When I observed the grade 1 teacher who wanted to provide more opportunities for productive struggle and do less of the thinking herself in her classroom, for example, I looked for how students engaged in the work of Wit & Wisdom. The teacher had identified two goals: (1) to internalize the lesson more deeply to understand the opportunities for student thinking and (2) to model thinking aloud for the Wonder portion of the lesson. As I observed, I collected evidence about these two goals, without expressing judgment—either positive or negative. I noted her teacher moves, questions, and feedback to students. I also made notes about students’ responses.

In our follow-up conversation, I shared my observed strengths. Rather than modeling all the Wonder questions, she strategically partnered students to collaborate. She provided scaffolds, like a fill-in-the-blank sentence strip to groups who needed it, while others independently drafted their wonderings on their whiteboards. My objective notes allowed me to reflect prior to our follow-up conversation and identify the ways she created the conditions for students to productively struggle.

This teacher invested in the coaching work, and I helped her see what she was already doing well. Together, we created a foundation for discussing how she could apply her strengths to more rigorous work for her students in future lessons.

Engage in Frequent and Ongoing Conversations

When a coach and teacher collaborate continuously through preparation, lesson implementation, observation, reflection, and goal setting, teachers can meaningfully improve their practice.

Teachers often receive feedback through just one or two evaluations throughout the year. These infrequent feedback sessions rarely produce meaningful opportunities for learning, and teachers may feel unsupported. Coaching, by contrast, is a powerful tool for continuous learning because it is ongoing, frequent, and reflective.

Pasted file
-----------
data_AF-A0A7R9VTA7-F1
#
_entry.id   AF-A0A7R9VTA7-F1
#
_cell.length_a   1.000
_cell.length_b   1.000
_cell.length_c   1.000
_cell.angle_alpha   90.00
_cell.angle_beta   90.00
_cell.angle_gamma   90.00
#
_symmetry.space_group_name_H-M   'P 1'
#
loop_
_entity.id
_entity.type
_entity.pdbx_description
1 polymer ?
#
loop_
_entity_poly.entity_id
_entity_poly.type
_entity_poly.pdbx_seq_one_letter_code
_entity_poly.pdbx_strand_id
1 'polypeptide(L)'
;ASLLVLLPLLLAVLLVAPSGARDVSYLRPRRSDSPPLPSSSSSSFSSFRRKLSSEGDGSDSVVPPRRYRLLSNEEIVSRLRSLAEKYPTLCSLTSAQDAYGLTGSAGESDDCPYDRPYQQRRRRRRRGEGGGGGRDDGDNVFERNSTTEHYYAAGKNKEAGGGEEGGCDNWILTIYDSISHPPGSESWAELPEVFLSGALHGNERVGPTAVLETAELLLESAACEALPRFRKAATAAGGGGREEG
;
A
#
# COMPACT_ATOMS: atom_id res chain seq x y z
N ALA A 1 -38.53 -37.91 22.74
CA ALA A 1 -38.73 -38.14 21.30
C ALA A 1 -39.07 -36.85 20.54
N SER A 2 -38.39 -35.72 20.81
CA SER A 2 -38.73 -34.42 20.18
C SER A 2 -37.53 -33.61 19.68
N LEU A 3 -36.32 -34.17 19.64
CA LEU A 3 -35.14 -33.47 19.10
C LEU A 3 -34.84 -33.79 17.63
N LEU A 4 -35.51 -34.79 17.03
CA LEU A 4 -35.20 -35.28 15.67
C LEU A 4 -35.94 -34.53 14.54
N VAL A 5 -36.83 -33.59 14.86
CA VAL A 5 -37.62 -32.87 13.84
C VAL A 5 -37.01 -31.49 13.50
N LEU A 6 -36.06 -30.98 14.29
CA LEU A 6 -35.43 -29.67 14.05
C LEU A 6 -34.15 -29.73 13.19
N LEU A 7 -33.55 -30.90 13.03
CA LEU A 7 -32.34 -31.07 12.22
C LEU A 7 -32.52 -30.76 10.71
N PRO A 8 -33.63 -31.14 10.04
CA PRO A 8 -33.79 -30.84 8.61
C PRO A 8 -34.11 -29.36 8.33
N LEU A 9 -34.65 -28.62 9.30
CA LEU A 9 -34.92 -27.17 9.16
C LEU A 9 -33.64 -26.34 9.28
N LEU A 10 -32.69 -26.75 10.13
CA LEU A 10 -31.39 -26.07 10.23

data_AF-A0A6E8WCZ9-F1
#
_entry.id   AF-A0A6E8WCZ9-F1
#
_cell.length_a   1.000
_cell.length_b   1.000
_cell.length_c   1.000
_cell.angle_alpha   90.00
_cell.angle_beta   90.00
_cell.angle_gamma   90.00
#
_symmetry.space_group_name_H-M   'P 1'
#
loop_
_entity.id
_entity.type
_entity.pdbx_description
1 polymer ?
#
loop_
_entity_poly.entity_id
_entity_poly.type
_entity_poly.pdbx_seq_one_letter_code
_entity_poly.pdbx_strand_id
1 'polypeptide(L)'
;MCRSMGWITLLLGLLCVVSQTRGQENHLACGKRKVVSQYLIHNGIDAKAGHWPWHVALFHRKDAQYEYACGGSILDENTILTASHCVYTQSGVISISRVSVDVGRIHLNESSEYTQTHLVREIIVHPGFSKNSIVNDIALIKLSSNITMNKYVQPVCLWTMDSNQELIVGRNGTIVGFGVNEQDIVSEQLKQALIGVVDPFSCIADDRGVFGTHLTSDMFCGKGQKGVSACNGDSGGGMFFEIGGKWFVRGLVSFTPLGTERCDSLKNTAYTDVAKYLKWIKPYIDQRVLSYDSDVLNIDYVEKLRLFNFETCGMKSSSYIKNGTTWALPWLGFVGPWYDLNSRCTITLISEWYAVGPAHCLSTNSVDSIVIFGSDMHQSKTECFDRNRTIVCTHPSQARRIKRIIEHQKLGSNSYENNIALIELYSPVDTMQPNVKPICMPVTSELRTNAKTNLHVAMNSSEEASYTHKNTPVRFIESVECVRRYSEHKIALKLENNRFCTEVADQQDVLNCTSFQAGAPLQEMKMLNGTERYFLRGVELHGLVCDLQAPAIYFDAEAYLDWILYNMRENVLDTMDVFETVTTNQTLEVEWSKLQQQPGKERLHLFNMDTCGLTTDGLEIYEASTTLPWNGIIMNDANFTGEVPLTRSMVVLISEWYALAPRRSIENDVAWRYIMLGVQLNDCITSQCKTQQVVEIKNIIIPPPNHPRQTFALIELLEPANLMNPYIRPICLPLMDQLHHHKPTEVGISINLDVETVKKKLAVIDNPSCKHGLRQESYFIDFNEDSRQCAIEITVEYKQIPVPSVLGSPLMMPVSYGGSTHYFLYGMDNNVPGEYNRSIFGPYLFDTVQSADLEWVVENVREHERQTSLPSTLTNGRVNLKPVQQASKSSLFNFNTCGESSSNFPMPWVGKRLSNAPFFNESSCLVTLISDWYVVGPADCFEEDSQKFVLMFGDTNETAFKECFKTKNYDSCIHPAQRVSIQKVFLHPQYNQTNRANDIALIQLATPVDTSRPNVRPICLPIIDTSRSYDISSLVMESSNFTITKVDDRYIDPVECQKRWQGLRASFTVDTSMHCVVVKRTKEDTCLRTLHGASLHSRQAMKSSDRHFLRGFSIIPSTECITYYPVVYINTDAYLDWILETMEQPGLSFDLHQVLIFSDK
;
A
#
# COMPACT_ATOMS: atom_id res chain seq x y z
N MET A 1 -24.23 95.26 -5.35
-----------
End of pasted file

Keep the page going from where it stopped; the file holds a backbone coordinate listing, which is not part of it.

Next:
When a coach and teacher collaborate continuously through preparation, lesson implementation, observation, reflection, and goal setting, teachers can meaningfully improve their practice. Coaching isn’t always a quick fix—strengthening implementation and student learning can take time. In the same way that students benefit from ongoing feedback and frequent checks for understanding, teachers benefit from ongoing conversations and opportunities for reflection to apply their new learning. As they deepen their knowledge and skills to implement the curriculum, so too can they deepen their coaching conversations and goals.

Summary

Ongoing curriculum-based coaching driven by inquiry, reflection, evidence, and strengths empowers teachers. If you’re interested in engaging in coaching work with a Great Minds® implementation leader, you can learn more here.

 

Works Cited

Buckingham, Marcus, and Ashley Goodall. “The Feedback Fallacy.” Harvard Business Review, March–April 2019, https://hbr.org/2019/03/the-feedback-fallacy.

Knight, Jim. “Instructional Coaching: Eight Factors for Realizing Better Classroom Teaching through Support, Feedback and Intensive, Individualized Professional Learning.” AASA, The School Superintendents Association, https://www.aasa.org/SchoolAdministratorArticle.aspx?id=9584.

Vargas, Lauren, and Rashaida Melvin. “Four Myths on Coaching and Efficacy.” ASCD, Educational Leadership, 1 Nov. 2021, https://www.ascd.org/el/articles/four-myths-on-coaching-and-efficacy

Topics: Professional Development Featured